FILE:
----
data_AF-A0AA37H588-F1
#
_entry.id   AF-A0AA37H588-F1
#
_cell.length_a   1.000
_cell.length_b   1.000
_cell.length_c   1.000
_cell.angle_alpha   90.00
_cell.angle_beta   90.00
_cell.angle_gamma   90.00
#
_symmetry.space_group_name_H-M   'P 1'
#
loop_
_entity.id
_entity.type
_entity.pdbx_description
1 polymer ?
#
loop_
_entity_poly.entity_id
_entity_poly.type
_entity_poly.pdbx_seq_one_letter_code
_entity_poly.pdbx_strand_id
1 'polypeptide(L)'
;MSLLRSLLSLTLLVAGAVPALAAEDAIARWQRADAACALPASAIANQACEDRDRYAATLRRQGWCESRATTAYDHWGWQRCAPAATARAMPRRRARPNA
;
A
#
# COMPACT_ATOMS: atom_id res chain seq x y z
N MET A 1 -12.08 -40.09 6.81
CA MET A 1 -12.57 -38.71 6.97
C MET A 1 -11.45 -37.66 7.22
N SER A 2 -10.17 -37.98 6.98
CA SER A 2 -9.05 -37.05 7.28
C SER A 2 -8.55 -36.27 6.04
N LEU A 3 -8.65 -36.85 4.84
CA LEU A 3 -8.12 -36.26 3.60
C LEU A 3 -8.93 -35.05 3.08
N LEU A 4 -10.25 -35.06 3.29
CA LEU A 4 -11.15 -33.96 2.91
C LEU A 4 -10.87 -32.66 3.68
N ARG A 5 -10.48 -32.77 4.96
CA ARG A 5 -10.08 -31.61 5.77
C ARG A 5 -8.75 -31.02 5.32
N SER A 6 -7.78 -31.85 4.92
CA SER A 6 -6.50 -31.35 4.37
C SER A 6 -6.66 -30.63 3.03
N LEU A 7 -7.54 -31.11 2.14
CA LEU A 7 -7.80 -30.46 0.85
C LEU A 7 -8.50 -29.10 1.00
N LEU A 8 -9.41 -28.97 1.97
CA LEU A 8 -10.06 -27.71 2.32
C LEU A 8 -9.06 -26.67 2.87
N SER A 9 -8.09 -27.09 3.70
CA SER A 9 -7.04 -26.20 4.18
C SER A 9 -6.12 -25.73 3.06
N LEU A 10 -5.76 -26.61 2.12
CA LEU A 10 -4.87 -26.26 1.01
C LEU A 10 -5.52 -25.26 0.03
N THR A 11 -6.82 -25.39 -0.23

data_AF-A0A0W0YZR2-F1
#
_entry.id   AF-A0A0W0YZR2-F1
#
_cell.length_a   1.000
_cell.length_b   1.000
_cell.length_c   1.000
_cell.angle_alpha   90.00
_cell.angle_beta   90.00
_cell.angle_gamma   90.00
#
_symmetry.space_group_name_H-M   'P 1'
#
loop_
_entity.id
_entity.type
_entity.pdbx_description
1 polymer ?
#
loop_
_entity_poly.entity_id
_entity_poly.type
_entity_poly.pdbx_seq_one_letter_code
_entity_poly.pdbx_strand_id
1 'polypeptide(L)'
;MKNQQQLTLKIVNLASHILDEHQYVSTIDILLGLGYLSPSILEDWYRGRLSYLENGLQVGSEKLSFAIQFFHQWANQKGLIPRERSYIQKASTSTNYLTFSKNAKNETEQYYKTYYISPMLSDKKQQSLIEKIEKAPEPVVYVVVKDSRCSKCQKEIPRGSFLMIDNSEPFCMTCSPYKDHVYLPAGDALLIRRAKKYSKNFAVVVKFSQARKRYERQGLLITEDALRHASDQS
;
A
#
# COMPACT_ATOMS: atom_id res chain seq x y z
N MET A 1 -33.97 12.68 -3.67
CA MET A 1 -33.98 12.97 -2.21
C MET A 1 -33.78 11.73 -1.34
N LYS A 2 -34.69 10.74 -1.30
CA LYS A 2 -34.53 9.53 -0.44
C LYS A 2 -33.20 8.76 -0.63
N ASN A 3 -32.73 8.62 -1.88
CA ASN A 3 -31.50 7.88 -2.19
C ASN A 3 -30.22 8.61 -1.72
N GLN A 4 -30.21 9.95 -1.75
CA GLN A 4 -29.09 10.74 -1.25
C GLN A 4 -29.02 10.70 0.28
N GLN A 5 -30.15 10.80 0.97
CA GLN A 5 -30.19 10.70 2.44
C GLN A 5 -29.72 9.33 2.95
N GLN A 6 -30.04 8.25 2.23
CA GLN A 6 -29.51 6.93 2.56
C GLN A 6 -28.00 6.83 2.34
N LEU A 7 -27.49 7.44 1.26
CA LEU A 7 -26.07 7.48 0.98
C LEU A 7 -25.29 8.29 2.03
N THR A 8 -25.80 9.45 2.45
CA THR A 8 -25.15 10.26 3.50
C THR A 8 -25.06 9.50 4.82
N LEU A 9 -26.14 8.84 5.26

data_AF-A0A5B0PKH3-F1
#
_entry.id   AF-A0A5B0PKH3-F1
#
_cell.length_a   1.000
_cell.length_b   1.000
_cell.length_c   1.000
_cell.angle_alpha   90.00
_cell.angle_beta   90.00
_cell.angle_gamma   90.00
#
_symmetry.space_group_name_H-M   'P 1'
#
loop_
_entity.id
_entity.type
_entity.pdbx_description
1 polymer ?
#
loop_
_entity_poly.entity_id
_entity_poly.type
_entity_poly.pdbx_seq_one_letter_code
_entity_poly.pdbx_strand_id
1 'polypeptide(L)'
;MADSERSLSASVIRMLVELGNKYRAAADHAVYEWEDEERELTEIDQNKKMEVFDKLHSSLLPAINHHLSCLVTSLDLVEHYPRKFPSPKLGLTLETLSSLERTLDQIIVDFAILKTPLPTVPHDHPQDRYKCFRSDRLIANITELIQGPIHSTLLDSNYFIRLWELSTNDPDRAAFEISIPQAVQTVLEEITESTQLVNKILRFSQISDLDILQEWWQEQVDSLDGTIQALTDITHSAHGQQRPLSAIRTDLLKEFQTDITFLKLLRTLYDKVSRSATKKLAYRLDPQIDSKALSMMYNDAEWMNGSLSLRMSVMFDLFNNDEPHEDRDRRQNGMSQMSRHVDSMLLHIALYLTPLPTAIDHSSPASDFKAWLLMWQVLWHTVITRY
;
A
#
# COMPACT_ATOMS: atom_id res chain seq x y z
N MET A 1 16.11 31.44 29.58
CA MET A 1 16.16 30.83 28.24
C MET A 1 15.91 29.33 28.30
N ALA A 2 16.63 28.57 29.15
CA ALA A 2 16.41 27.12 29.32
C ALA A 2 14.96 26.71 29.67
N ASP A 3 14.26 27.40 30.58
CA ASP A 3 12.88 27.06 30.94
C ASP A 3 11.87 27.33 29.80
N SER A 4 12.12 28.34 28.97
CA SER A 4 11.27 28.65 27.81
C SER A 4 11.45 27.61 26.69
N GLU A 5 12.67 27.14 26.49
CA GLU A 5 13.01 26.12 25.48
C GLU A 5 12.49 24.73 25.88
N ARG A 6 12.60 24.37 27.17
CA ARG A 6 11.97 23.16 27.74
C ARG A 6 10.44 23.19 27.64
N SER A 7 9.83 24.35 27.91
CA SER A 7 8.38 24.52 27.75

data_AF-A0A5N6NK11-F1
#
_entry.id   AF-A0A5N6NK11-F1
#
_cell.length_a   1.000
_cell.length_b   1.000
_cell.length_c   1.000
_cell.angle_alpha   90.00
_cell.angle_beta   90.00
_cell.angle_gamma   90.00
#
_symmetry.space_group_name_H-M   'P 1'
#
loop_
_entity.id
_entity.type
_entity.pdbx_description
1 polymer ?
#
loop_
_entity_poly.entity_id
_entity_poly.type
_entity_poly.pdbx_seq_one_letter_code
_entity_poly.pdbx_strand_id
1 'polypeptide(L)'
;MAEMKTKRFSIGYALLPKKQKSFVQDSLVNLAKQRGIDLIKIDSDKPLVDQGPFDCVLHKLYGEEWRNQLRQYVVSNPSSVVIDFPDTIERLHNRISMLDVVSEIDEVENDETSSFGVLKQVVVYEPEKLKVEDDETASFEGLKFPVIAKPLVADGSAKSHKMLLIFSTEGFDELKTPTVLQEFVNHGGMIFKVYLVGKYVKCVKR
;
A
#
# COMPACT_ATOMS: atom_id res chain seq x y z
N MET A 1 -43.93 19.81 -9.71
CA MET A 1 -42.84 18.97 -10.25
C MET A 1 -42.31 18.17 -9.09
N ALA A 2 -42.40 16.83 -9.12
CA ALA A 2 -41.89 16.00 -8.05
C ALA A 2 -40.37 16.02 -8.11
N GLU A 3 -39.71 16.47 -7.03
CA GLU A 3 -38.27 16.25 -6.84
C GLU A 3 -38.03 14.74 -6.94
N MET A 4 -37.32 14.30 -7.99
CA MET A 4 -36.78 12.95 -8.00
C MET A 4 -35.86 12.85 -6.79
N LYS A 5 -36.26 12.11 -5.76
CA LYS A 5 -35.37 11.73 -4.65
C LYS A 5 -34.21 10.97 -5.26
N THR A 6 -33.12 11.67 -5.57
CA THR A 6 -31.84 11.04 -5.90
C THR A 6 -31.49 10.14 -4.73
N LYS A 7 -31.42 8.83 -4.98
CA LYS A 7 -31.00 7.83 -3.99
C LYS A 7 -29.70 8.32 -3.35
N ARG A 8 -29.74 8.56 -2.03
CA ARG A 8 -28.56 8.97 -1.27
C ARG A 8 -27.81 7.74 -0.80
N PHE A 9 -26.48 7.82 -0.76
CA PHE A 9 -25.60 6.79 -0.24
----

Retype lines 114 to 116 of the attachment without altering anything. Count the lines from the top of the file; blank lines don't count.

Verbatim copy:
CA THR A 8 -25.15 10.26 3.50
C THR A 8 -25.06 9.50 4.82
N LEU A 9 -26.14 8.84 5.26